November Theme: Memory

DonSense – by Rev. Don Garrett

November: What does it mean to be a people of Memory?

Michael Piazza, a UCC minister, once addressed a gathering of Unitarian Universalist minsters, acknowledging that his tradition was different from ours. He told us, “All Southerners know how to eat fried chicken. You enjoy the parts that taste good and leave the bones on your plate.” This turned out to be very good advice indeed. Despite a perspective that was securely rooted in traditional (if liberal) Christian theology, much of what he had to share was very, very nourishing, indeed – wise, even.

That’s kind of like the situation we face when we consider “memory.” After all, everything in our minds is a memory. We have memories of pleasant things, painful things, not to mention an abundance of irrelevant and just plain weird things. Why is that? Because most of us weren’t taught to eat only the nourishing parts of the fried chicken of life.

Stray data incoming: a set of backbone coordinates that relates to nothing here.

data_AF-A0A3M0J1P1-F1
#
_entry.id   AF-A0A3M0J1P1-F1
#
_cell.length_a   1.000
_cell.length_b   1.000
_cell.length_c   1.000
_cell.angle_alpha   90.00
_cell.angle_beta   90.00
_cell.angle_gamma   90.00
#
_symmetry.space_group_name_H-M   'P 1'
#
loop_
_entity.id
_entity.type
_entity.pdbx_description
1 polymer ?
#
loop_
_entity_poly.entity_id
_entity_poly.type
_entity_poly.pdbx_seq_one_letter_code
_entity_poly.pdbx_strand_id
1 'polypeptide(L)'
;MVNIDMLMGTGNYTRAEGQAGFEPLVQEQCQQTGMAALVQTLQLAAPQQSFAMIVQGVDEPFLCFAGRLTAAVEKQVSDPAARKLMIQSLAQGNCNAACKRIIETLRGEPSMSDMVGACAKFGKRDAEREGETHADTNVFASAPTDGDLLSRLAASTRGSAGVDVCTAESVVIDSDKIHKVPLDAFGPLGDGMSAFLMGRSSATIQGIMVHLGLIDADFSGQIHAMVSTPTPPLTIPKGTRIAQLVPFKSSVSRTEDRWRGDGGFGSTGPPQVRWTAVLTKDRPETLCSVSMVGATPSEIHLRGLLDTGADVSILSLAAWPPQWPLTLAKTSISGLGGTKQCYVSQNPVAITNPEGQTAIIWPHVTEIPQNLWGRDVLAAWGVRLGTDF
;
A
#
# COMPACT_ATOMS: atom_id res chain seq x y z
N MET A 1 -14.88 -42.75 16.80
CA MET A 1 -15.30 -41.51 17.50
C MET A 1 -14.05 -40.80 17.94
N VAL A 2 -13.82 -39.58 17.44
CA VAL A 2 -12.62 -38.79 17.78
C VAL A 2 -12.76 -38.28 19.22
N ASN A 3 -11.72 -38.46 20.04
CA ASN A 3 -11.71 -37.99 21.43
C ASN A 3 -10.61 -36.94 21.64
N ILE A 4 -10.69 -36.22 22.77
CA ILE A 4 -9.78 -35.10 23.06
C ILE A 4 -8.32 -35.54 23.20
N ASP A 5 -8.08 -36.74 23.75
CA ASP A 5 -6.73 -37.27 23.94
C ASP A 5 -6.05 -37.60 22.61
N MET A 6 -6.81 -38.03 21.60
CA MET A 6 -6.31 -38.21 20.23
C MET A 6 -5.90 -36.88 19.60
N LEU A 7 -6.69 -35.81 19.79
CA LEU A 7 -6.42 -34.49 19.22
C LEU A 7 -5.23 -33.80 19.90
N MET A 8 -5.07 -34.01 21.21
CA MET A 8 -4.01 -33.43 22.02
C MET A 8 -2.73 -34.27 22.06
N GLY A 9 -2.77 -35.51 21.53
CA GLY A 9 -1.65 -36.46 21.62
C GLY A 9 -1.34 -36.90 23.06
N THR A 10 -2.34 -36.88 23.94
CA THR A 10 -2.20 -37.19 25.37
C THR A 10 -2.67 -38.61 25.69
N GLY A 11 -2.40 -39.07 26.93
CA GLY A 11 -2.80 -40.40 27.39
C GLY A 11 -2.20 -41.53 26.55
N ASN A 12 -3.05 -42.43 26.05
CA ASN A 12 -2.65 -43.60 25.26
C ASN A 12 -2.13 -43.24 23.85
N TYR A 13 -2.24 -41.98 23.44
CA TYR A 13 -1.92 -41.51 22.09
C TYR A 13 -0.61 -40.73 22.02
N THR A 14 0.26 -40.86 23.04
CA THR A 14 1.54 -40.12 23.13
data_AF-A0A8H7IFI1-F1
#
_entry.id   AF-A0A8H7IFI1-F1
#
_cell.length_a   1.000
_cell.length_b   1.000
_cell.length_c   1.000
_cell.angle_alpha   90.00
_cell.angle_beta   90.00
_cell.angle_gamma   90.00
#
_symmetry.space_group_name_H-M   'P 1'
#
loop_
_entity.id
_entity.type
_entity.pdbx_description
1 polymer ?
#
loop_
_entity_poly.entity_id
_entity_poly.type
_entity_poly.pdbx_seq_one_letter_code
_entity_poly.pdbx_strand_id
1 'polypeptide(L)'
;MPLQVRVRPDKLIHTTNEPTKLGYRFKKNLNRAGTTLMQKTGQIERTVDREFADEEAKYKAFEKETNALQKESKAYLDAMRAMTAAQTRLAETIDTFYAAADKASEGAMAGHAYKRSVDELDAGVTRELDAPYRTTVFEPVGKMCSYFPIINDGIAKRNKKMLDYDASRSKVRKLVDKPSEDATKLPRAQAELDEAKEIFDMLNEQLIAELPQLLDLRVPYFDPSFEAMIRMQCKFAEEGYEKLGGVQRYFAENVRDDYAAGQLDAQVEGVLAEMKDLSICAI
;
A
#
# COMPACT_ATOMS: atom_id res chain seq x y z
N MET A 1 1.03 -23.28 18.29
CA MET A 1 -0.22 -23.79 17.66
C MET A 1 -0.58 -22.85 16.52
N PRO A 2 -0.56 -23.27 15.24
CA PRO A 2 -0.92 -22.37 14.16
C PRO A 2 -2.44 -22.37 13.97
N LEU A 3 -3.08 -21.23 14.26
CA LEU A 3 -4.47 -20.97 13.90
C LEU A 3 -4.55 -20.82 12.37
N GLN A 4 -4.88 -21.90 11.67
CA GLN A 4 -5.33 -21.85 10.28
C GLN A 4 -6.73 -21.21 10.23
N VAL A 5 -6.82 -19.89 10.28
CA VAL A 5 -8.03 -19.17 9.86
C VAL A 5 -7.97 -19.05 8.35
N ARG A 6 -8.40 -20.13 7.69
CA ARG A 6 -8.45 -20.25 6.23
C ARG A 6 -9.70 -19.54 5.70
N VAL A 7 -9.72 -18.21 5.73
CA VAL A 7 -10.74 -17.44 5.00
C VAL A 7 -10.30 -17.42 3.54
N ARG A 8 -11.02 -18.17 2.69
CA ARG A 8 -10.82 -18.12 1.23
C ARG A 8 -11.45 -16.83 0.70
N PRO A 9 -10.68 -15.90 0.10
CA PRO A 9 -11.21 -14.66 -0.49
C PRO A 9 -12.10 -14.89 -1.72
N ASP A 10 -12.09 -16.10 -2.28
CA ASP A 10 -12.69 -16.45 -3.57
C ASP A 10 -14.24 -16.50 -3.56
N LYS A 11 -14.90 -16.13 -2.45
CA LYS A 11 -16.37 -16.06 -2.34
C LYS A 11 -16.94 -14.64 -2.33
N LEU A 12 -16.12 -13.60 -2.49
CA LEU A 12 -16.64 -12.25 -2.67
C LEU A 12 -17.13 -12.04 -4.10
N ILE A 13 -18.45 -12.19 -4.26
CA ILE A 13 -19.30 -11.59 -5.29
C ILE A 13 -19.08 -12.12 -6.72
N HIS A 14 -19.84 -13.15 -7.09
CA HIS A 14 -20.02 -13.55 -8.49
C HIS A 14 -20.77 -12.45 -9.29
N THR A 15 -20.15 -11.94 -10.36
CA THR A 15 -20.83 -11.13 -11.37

We may not have as much choice as we’d like when it comes to which experiences come our way, but we have more choice than we sometimes presume when it comes to which memories to save and cherish. A joyful memory is a wonderful thing. It can sustain us through difficult times and even inspire us to live from a place of joy as we inspire others in turn.

A painful memory cherished, though, can become a festering sore, a wound that won’t heal, a source of anger, resentment, or bitterness. Clinging to a painful memory can turn our lives into symphonies of negativity as we find disappointment and pain everywhere we look.

Consider this: our culture’s educational system is a program designed to install a certain set of mandated memories into our minds, memories intended to create a certain outlook and set of behavioral tendencies. But most cultures aren’t really all that wise when it comes to understanding what information and which memories are truly conducive to living the best, most fulfilling lives.

So, it falls upon us to do the work of finding the indigestible gristle and bones of our education and experience so we can put them back on the plate before they become toxic. Being a community of memory is about cultivating the collective wisdom as to what to cherish and what to discard so we can live fulfilling lives, inspiring and caring for one another as vital parts of our Beloved Community.

See you in church.
– Don